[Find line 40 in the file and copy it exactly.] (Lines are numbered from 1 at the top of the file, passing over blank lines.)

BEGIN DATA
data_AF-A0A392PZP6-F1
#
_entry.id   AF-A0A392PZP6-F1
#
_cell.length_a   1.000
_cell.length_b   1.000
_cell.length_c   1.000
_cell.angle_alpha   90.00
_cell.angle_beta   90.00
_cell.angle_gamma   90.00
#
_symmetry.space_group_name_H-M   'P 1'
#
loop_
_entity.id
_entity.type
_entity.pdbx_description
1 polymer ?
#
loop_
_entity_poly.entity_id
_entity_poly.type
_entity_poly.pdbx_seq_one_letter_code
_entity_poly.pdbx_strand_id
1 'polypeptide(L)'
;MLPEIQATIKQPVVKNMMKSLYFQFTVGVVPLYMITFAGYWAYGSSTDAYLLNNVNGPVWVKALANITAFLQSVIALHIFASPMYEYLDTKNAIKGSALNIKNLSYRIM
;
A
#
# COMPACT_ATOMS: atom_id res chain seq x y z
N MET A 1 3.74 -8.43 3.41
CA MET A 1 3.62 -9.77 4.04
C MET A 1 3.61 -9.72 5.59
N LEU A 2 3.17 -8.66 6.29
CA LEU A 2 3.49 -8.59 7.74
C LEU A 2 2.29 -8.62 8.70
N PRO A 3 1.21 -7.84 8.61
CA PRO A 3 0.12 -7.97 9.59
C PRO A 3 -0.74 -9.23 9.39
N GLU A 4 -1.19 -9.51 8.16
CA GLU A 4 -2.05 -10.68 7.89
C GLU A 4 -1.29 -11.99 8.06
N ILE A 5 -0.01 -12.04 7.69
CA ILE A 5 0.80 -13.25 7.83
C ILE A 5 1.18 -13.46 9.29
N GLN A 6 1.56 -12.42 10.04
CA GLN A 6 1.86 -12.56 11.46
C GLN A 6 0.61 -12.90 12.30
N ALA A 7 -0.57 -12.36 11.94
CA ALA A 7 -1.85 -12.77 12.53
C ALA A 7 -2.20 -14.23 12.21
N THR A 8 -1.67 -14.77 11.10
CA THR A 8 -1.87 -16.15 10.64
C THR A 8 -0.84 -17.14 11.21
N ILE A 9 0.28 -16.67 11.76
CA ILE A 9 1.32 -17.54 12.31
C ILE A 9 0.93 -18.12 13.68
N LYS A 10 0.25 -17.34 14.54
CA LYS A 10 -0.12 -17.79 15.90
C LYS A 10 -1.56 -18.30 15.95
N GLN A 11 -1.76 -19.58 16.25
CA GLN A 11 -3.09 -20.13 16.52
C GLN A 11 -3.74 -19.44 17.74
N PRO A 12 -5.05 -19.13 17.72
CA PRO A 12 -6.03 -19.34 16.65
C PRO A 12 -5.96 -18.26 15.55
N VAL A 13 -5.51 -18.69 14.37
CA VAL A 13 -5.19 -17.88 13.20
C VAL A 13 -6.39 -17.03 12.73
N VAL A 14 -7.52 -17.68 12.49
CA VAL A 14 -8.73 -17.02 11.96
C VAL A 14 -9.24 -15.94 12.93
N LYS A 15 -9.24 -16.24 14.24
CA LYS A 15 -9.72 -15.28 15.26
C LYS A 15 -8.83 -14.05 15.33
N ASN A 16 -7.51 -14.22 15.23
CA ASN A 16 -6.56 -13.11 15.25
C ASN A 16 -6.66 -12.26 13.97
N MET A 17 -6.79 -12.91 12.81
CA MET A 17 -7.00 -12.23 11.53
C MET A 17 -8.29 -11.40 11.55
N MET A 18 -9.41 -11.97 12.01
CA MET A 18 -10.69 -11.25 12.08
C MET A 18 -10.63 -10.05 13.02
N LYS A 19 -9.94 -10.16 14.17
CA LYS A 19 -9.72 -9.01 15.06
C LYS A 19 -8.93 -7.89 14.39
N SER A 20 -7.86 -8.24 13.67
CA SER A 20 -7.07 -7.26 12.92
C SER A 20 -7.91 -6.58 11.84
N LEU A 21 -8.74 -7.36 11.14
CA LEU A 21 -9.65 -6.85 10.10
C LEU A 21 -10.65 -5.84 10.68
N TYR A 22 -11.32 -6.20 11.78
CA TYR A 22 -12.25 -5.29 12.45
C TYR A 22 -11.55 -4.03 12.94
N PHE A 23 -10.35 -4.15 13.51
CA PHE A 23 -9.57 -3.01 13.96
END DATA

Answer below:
N GLU A 4 -1.19 -9.51 8.16